A day out, that’s what they would have and it would be fun. They would go out. No one would complain. No, he wasn’t having a bar of it. They were having a day out, as a family. They were going to Dairyland like they used to when you girls were young and your mother was still a size fourteen.
The girls said, ‘Dairyland?’ and ‘You’ve got to be fucking kidding.’ And their mother threw them a look like, don’t even start with we must be kidding, your father is taking us to Dairyland and we’re going and we’re going to enjoy it. That’s the look she gave and she thought, Communication is the key to turning this around.
The girls were in the back seat and their father was singing in the front seat and every now and then stopping to say, remember this, Mary? Remember that, Mary? And their mother nodded and smiled and then their father would say, ‘Do you girls remember that? Iris? Lily? Daphne? Do you remember that?’ The girls said ‘Christ! Kill us now. Mother-fucking Dairyland,’ but under their breath this time so as not to get a look.
Their mother crocheted in Spring Green as they drove along the coast and the girls looked up through their fringes and wished they were dead. Their father said, ‘This will be fun,’ and ‘We can really turn this around,’ and the girls said ‘Yeah, it’ll be fun like having your tongue cut out with a pair of really blunt, baby-fingernail cutting scissors.’ Their mother threw them a look in the rear-vision mirror but it was wasted because of the angle, which was a shame because it was a goodie.
Their father said ‘Don’t smoke, girls,’ and they tsk-ed and raised their eyes and threw their cigarettes out the window and left the window unwound so as to let the wind blow through their hair, like they were on a cliff, staring out at the nothingness of their lives, like they’d never asked to be born, like no one cared, like they didn’t.
‘Read the brochure, Mary, whet our appetites,’ their father said.
Their mother got the laminated brochure out of the glove box. ‘At Dairyland you can see what goes on at the world’s biggest single-site dairy factory. The visitor centre features audio-visual and interactive displays, a fascinating glimpse into the way things used to be done and a chance to sample the produce.’
‘Crikey, girls, doesn’t that sound choice?’
The girls said, ‘Yeah Dad, choice,’ and wished they’d burnt down the whole fucking school.
No one understood them. They stood two on one side of their mother, one on the other, in front of the black and white dairy cow statue. Their father said ‘Move in a bit, Iris,’ and the girls said ‘I’m Iris!’ and ‘She’s Iris!’ and ‘Fuck!’ and looked at the sky and tsk-ed and said ‘Fuck this.’ Their father took the photo quickly as they walked away.
‘That’s a keeper, Mary,’ he said, and, ‘We can put it with the others and see how much they’ve grown. You girls have grown. By Crikey, Mary, haven’t the girls grown up? It seems like only yesterday you were strapped down and they were being dragged from you one by one by one. By Crikey, doesn’t time fly? Doesn’t time fly, girls? Wonder what we’ll all look like the next time we come to Dairyland. Good old Dairyland.’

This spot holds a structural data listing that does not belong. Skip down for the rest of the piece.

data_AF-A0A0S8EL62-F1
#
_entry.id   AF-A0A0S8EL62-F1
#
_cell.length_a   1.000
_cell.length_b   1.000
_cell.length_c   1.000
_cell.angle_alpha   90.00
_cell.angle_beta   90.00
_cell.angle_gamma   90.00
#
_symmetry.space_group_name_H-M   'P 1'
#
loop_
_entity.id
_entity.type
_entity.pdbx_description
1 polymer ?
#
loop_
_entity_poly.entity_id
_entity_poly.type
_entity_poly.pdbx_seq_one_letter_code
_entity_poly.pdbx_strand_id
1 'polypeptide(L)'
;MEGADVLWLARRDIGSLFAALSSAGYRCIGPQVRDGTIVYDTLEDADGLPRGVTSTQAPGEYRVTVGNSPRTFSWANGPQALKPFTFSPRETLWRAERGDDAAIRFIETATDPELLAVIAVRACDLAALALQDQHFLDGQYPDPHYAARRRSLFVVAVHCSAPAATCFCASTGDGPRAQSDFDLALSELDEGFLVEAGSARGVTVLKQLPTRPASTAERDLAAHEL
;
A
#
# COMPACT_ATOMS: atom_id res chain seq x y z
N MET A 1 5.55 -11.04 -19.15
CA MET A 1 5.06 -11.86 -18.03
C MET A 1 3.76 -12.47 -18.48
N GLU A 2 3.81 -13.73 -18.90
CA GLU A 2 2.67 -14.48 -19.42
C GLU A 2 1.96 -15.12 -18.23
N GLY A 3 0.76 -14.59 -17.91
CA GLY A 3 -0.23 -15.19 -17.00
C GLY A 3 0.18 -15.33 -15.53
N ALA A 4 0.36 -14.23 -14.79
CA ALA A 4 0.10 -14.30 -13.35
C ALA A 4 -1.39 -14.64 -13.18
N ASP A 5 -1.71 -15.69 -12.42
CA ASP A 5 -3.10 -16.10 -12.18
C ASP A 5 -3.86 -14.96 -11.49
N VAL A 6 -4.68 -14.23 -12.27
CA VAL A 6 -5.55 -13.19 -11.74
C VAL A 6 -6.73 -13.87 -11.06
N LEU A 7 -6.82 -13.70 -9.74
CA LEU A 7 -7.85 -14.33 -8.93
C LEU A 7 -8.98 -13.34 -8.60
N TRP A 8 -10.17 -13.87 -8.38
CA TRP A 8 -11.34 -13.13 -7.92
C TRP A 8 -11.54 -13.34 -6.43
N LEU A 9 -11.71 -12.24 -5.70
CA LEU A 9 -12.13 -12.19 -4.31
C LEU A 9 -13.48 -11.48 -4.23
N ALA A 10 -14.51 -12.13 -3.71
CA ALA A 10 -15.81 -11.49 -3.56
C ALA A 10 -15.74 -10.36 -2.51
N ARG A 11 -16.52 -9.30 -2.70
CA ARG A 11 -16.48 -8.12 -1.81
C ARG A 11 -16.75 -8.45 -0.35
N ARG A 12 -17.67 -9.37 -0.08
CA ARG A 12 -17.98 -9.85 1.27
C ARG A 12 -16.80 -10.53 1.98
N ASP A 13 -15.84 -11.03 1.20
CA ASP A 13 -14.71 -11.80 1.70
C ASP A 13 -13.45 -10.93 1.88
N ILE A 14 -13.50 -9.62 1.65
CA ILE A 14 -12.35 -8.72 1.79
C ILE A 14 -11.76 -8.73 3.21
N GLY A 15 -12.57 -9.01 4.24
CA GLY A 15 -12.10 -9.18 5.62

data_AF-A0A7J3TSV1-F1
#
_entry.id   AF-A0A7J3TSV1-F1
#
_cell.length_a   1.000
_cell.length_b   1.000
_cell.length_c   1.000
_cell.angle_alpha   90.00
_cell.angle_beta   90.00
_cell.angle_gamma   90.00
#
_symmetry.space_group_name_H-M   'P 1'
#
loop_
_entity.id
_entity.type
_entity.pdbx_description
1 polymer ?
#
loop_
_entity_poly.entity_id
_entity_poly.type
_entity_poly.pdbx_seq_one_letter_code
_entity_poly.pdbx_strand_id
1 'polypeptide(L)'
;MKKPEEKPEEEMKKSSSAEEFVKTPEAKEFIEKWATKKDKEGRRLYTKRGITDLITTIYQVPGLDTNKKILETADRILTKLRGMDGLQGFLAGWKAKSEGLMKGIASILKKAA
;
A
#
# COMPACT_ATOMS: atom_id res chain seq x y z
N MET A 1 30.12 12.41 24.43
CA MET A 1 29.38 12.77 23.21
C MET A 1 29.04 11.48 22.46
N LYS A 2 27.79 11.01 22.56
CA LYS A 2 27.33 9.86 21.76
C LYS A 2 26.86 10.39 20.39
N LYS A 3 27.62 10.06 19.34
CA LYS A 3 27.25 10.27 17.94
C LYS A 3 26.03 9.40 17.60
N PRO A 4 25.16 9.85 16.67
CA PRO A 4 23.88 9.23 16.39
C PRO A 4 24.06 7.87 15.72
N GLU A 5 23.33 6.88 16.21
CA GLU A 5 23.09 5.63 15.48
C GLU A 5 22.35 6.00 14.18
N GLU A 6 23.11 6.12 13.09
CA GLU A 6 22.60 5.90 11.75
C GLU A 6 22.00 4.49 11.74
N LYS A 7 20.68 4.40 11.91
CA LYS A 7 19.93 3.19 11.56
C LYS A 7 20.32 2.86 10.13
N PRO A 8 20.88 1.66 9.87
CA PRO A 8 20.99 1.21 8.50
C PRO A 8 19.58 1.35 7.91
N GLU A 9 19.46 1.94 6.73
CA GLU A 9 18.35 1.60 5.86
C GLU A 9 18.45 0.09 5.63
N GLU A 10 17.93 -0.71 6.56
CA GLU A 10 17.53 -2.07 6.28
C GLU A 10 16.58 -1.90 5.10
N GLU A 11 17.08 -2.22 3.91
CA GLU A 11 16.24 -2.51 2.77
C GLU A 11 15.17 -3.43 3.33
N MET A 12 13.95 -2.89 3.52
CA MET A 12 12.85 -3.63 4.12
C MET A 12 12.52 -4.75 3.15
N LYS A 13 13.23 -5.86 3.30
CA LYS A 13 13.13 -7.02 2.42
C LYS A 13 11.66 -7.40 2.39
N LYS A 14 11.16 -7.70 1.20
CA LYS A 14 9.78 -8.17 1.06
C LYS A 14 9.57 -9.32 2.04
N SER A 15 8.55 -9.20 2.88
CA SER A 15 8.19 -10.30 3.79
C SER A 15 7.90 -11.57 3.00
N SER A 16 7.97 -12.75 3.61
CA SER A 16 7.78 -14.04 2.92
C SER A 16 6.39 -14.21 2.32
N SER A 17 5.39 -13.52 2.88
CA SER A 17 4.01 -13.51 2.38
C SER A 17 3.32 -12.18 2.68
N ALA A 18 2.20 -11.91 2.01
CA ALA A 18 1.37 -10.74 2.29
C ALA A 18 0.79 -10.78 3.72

The girls tried to dig their own eyes out but their mother noticed and threw them a look.
‘What shall we do first girls?’ their father said.
The girls threw him a look.
‘It says here the visitor centre features audio visual and interactive displays.’ Their mother read from a brochure she’d picked up off the counter.
‘Crikey, that sounds like a good place to start, eh girls?’
‘Oh – Dad – yeah,’ the girls said, ‘could we? Could we? Wow, how fucking choice! Awesome because the interactive displays offer a fascinating glimpse into the way things used to be done.’ And the girls said, ‘If there’s one thing we want it’s a fucking glimpse into how the fuck things used to be fucking done.’ And the girls asked, ‘Could we sample the produce?’ And the girls answered, ‘I do believe we can, Daphne. I believe we can can’t we, Dad.’ And finally the girls said, ‘Oh yes, the fabulous produce. You couldn’t go past a good glass of milk, eh Dad? Crikey. How choice.’
Their father smiled, ‘That’s the spirit girls.’ He was turning this around.
For fuck’s sake, mother-fucking Dairyland, they would rather cut their ears off with a plastic picnic-set butter-knife that had snapped off at the handle.
The girls smiled and no one said a word until Eltham, and then their father said ‘Crikey,’ and then nothing until Opunake when he said ‘I swear, you girls just don’t seem happy any more unless you’re setting fire to something.’ Maybe he should have drowned at least one of them when he had the chance, when they were small and separate. The girls smiled and said, ‘Did you see those audio-visual displays? By Crikey. Did they go up or what?’ and smiled some more. And their mother threw them a look like, how’s this going to look on your probation report? Eh? Eh? And the girls smiled. ‘I don’t know if we’ll ever be able to go back to Dairyland, girls. I think that might have been the last time we go to Dairyland,’ their father said and the girls said ‘That’s a shame. I kind of enjoyed this trip to Dairyland,’ and laughed and laughed. They were going to say ‘The real shame is you can only burn the fucking place down once,’ but their mother threw them a look, so they just smiled and looked out at the coast with the wind blowing in their hair, thinking maybe this was turning round, looking up, and they laughed again, thinking anything was possible.